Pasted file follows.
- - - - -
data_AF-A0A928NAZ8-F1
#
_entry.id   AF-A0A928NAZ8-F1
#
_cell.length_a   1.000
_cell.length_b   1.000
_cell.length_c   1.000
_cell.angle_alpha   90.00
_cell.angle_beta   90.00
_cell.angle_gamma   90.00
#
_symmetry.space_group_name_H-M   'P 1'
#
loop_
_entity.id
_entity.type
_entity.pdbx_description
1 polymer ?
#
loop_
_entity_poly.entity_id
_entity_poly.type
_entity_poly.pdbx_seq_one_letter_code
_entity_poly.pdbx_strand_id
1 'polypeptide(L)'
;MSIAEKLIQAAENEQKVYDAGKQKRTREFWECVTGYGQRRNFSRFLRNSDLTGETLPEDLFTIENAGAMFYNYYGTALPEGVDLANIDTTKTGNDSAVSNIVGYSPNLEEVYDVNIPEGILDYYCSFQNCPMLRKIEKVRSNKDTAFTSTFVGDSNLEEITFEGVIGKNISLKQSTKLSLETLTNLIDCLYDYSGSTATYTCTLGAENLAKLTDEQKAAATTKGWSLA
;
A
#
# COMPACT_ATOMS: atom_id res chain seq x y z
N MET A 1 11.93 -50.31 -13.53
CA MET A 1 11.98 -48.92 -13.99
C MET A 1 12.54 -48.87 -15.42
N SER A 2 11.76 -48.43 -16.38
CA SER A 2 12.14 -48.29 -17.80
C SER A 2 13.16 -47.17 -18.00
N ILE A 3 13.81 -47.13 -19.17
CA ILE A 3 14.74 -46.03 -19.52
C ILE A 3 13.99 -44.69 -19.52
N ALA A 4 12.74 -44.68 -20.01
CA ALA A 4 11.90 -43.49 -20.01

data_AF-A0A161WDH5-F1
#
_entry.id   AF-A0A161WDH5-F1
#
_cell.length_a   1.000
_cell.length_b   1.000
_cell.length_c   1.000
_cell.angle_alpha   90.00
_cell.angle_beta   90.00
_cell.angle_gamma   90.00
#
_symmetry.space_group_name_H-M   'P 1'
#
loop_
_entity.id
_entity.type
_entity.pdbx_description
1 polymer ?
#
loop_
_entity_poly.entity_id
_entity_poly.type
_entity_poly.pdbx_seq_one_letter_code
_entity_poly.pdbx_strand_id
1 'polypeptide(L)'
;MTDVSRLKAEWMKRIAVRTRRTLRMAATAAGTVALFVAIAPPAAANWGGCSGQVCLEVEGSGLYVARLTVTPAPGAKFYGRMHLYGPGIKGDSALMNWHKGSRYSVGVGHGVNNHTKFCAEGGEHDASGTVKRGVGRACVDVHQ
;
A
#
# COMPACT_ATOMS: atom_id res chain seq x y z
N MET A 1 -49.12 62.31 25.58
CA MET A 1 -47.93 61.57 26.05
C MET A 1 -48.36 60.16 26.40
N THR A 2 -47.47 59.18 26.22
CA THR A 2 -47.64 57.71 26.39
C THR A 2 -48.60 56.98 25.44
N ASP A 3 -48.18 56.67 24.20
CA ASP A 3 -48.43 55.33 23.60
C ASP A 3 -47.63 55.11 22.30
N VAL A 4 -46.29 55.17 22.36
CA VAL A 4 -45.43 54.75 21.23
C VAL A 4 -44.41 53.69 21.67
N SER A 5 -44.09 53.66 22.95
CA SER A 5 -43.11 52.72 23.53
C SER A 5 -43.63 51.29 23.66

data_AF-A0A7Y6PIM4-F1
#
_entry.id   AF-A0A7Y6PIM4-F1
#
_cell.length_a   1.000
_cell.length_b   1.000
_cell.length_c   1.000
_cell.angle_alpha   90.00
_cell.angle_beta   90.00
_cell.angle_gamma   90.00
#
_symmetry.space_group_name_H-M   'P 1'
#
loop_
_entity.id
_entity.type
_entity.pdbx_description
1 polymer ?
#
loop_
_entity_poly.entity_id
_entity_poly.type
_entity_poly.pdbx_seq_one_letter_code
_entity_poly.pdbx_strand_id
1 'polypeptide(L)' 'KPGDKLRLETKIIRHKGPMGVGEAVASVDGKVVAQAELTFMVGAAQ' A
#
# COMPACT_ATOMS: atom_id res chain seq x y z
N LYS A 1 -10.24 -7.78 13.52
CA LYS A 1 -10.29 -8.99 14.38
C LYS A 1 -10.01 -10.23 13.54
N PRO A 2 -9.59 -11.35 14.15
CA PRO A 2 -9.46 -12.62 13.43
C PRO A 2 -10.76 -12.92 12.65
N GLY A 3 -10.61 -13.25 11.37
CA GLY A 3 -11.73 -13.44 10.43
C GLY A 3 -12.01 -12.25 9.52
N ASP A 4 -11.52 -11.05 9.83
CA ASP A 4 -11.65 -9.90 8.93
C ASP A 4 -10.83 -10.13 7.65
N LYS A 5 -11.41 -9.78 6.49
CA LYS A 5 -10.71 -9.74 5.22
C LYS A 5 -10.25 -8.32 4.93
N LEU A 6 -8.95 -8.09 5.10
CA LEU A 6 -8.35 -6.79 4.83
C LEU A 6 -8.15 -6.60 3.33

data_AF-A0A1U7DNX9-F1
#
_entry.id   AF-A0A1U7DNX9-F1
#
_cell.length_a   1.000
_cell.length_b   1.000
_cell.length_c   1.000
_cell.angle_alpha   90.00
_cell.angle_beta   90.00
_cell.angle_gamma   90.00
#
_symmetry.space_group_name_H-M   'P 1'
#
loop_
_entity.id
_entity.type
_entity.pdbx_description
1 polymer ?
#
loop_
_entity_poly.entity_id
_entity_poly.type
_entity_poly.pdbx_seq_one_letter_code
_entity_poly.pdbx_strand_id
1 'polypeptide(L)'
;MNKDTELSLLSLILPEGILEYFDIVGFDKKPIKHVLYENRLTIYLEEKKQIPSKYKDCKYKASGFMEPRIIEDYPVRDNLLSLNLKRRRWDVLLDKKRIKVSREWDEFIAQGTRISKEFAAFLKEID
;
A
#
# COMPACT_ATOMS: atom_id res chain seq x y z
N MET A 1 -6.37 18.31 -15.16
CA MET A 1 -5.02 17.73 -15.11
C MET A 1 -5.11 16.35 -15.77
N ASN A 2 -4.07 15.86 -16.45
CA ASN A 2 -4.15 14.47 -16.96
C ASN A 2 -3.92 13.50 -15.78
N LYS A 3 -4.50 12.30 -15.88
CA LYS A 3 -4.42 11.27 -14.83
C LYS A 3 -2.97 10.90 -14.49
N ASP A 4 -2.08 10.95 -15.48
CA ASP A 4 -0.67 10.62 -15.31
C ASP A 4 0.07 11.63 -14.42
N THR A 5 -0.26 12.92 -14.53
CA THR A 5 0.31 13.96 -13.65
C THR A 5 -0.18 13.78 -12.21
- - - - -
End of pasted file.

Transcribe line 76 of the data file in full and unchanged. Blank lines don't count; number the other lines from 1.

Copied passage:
CA THR A 2 -47.64 57.71 26.39